### Pre-processing the ITS problem ###
Initial linear ITS problem
Start location: f0
0: f0 -> f : [ x>y^2 ], cost: y
Added constraints to the guards to ensure costs are nonnegative:
Start location: f0
0: f0 -> f : [ x>y^2 && y>=0 ], cost: y
Checking for constant complexity:
The following rule is satisfiable with cost >= 1, yielding constant complexity:
0: f0 -> f : [ x>y^2 && y>=0 ], cost: y
### Simplification by acceleration and chaining ###
### Computing asymptotic complexity ###
Fully simplified ITS problem
Start location: f0
0: f0 -> f : [ x>y^2 && y>=0 ], cost: y
Computing asymptotic complexity for rule 0
Solved the limit problem by the following transformations:
Created initial limit problem:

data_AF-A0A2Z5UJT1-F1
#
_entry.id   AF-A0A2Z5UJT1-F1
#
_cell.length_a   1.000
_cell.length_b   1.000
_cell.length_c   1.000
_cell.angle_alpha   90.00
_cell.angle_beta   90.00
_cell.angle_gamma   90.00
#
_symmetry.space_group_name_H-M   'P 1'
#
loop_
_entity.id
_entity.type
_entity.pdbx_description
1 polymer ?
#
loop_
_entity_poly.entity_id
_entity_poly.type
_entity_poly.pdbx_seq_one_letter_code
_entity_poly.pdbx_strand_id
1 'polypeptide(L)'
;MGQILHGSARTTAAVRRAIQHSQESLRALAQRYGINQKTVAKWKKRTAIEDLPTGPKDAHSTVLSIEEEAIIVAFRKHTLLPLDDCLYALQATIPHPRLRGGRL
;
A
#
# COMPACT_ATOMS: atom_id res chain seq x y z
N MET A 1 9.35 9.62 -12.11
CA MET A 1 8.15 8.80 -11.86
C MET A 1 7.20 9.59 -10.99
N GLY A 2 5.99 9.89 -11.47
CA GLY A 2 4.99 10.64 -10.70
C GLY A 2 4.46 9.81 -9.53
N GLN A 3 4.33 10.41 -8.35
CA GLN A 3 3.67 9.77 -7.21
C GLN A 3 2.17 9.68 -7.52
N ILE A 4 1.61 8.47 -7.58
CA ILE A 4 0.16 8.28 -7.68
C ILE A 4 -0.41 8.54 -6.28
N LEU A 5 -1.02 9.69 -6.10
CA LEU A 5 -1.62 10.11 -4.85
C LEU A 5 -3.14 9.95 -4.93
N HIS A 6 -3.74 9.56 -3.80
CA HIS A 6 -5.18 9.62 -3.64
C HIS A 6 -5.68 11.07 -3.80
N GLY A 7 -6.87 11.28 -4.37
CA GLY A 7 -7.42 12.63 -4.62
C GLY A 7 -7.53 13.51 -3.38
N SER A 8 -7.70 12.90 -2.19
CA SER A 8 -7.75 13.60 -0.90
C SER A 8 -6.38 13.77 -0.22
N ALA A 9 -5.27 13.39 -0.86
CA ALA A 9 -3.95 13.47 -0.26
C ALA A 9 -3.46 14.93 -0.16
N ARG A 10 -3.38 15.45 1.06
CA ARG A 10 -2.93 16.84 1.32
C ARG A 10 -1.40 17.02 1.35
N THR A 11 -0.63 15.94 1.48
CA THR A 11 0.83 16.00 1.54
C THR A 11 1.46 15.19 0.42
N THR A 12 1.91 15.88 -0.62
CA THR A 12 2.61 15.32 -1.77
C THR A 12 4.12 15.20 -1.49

1+y (+/+!), y (+), x-y^2 (+/+!) [not solved]
applying transformation rule (C) using substitution {x==1+y^2}
resulting limit problem:
1 (+/+!), 1+y (+/+!), y (+) [not solved]
applying transformation rule (B), deleting 1 (+/+!)
resulting limit problem:
1+y (+/+!), y (+) [not solved]
removing all constraints (solved by SMT)
resulting limit problem: [solved]
applying transformation rule (C) using substitution {y==n}
resulting limit problem:
[solved]
Solution:
x / 1+n^2
y / n
Resulting cost n has complexity: Poly(n^(1/2))
Found new complexity Poly(n^(1/2)).
Obtained the following overall complexity (w.r.t. the length of the input n):
Complexity: Poly(n^(1/2))
Cpx degree: 0.5
Solved cost: n
Rule cost: y
Rule guard: [ x>y^2 && y>=0 ]
WORST_CASE(Omega(n^(1/2)),?)